Produced by David Widger
THE WEAKER VESSEL
Mr. Gribble sat in his small front parlour in a state of angry amazement. It was half-past six and there was no Mrs. Gribble; worse still, there was no tea. It was a state of things that had only happened once before. That was three weeks after marriage, and on that occasion Mr. Gribble had put his foot down with a bang that had echoed down the corridors of thirty years.
The fire in the little kitchen was out, and the untidy remains of Mrs. Gribble’s midday meal still disgraced the table. More and more dazed, the indignant husband could only come to the conclusion that she had gone out and been run over. Other things might possibly account for her behaviour; that was the only one that would excuse it.
His meditations were interrupted by the sound of a key in the front door, and a second later a small, anxious figure entered the room and, leaning against the table, strove to get its breath. The process was not helped by the alarming distension of Mr. Gribble’s figure.
“I—I got home—quick as I could—Henry,” said Mrs. Gribble, panting.
“Where is my tea?” demanded her husband. “What do you mean by it? The fire’s out and the kitchen is just as you left it.”
“I—I’ve been to a lawyer’s, Henry,” said Mrs. Gribble, “and I had to wait.”
“Lawyer’s?” repeated her husband.
“I got a letter this afternoon telling me to call. Poor Uncle George, that went to America, is gone.”
“That is no excuse for neglecting me,” said Mr. Gribble. “Of course people die when they are old. Is that the one that got on and made money?”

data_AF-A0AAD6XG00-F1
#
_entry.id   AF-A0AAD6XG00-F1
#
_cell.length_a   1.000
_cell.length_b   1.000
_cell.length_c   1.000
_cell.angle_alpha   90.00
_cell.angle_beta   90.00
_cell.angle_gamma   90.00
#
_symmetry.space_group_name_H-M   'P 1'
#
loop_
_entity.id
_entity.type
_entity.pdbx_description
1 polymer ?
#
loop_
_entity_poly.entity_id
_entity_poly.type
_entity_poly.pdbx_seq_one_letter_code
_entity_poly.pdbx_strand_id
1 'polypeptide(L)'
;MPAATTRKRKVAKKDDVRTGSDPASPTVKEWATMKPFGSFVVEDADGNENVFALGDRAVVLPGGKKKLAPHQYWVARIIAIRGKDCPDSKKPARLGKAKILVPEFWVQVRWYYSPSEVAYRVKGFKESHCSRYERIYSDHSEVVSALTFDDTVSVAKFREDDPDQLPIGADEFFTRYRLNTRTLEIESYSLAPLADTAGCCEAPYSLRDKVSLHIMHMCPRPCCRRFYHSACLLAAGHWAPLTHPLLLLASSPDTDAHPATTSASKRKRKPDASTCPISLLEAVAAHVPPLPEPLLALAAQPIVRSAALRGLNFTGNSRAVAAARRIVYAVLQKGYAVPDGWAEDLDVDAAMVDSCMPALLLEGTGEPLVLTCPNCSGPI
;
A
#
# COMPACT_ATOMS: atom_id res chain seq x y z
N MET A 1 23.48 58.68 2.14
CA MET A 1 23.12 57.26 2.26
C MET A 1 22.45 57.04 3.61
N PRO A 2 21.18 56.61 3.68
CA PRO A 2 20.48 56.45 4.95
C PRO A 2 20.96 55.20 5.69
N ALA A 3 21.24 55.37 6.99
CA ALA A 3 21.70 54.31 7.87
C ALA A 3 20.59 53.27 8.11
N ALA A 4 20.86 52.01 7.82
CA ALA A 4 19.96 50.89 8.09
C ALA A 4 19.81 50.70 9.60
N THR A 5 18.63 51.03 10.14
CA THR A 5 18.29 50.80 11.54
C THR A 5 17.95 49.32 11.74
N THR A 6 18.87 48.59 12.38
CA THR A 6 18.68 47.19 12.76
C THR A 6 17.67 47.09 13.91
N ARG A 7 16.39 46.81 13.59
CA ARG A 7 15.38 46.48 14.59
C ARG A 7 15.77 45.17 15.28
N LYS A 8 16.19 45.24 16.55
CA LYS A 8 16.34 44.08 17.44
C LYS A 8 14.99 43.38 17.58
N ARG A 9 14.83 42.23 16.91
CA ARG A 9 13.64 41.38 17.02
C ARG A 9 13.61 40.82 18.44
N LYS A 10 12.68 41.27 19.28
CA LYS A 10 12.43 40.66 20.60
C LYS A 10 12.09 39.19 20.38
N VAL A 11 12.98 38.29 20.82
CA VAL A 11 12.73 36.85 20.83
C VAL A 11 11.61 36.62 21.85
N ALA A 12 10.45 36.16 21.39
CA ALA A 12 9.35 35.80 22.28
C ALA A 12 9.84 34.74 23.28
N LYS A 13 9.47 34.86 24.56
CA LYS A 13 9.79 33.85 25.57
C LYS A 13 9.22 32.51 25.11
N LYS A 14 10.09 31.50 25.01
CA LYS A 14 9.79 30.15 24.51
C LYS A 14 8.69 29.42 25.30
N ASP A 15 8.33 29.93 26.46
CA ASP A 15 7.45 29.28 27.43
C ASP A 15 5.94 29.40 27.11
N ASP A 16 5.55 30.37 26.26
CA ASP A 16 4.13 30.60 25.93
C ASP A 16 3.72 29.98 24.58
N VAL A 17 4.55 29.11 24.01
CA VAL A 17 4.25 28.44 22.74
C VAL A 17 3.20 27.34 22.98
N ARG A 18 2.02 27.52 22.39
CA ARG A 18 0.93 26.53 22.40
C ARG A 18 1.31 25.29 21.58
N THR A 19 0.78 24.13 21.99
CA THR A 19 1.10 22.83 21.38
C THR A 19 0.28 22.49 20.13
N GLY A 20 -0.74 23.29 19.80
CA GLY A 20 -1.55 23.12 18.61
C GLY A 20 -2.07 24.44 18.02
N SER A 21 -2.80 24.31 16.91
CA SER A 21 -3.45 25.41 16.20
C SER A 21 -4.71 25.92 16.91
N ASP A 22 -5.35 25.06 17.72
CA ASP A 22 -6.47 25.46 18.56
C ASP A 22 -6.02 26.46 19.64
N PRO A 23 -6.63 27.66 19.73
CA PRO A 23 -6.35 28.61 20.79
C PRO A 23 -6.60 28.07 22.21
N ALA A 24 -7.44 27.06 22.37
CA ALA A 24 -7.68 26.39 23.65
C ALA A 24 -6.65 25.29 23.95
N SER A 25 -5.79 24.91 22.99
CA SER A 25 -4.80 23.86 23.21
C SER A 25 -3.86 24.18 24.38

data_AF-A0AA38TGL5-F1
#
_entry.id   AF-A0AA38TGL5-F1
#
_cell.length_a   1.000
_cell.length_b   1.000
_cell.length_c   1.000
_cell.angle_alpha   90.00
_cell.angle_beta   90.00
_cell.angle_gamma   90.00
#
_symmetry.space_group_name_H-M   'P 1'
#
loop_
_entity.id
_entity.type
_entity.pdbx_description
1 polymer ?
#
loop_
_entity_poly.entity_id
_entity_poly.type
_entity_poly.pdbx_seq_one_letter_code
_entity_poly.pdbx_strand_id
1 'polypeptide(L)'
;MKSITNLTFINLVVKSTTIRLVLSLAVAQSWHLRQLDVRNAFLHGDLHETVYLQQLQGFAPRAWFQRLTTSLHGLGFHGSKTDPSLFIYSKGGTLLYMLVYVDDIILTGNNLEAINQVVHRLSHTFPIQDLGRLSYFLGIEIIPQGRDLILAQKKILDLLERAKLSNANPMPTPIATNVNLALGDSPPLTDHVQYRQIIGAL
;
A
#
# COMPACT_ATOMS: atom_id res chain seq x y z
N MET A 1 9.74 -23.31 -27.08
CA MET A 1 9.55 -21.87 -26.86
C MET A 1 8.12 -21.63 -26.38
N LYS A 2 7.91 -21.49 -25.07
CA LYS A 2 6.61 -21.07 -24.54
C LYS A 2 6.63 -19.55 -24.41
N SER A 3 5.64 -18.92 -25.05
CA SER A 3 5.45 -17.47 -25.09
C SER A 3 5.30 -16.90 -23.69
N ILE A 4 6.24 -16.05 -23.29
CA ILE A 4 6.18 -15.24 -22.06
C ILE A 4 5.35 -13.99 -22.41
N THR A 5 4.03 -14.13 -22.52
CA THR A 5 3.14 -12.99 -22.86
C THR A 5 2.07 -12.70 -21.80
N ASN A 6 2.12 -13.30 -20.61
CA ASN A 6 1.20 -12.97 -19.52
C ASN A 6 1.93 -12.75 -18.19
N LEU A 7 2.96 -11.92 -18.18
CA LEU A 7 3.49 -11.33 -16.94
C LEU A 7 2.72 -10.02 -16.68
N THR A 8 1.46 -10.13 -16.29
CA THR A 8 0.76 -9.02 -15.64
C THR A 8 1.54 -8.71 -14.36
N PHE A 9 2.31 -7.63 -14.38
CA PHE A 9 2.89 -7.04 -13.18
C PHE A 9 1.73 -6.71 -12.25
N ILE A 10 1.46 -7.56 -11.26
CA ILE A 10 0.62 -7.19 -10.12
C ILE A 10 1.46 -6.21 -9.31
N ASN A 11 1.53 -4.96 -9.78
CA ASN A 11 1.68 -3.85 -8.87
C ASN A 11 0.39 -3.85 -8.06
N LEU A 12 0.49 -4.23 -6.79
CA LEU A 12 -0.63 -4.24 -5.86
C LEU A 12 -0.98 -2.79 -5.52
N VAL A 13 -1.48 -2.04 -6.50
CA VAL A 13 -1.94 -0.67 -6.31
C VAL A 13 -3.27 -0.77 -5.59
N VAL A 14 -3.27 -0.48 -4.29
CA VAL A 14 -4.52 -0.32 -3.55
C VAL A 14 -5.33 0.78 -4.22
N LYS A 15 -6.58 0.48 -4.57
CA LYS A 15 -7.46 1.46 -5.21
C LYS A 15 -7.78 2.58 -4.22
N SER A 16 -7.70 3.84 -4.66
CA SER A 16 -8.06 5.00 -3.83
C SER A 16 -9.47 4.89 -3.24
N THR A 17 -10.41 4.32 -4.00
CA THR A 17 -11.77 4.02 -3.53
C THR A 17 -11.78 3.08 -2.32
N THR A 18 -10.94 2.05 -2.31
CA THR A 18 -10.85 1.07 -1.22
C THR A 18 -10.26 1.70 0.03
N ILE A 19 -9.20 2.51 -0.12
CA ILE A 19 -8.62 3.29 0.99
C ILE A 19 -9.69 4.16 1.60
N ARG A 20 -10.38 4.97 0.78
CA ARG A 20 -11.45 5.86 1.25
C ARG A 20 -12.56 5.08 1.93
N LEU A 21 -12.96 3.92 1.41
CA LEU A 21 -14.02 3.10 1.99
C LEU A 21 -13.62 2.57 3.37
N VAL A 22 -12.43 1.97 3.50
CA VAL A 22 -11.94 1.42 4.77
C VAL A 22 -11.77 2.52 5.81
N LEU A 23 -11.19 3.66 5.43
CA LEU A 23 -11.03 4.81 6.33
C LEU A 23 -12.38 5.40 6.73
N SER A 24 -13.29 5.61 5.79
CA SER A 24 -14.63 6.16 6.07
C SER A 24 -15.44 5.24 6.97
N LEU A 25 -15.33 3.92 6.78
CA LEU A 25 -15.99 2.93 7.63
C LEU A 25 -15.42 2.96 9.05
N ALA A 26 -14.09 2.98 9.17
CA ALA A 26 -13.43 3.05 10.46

His wife, apparently struggling to repress a little excitement, nodded. “He—he’s left me two hundred pounds a year for life, Henry,” she said, dabbing at her pale blue eyes with a handkerchief. “They’re going to pay it monthly; sixteen pounds thirteen shillings and fourpence a month. That’s how he left it.”
“Two hund—” began Mr. Gribble, forgetting himself. “Two hun——Go and get my tea! If you think you’re going to give yourself airs because your uncle’s left you money, you won’t do it in my house.”
He took a chair by the window, and, while his wife busied herself in the kitchen, sat gazing in blank delight at the little street. Two hundred a year! It was all he could do to resume his wonted expression as his wife re-entered the room and began to lay the table. His manner, however, when she let a cup and saucer slip from her trembling fingers to smash on the floor left nothing to be desired.
“It’s nice to have money come to us in our old age,” said Mrs. Gribble, timidly, as they sat at tea. “It takes a load off my mind.”
“Old age!” said her husband, disagreeably. “What d’ye mean by old age? I’m fifty-two, and feel as young as ever I did.”
“You look as young as ever you did,” said the docile Mrs. Gribble. “I can’t see no change in you. At least, not to speak of.”
“Not so much talk,” said her husband. “When I want your opinion of my looks I’ll ask you for it. When do you start getting this money?”
“Tuesday week; first of May,” replied his wife. “The lawyers are going to send it by registered letter.”
Mr. Gribble grunted.
“I shall be sorry to leave the house for some things,” said his wife, looking round. “We’ve been here a good many years now, Henry.”
“Leave the house!” repeated Mr. Gribble, putting down his tea-cup and staring at her.
“Leave the house! What are you talking about?”
“But we can’t stay here, Henry,” faltered Mrs. Gribble. “Not with all that money. They are building some beautiful houses in Charlton Grove now—bathroom, tiled hearths, and beautiful stained glass in the front door; and all for twenty-eight pounds a year.”
“Wonderful!” said the other, with a mocking glint in his eye.
“And iron palings to the front garden, painted chocolate-colour picked out with blue,” continued his wife, eyeing him wistfully.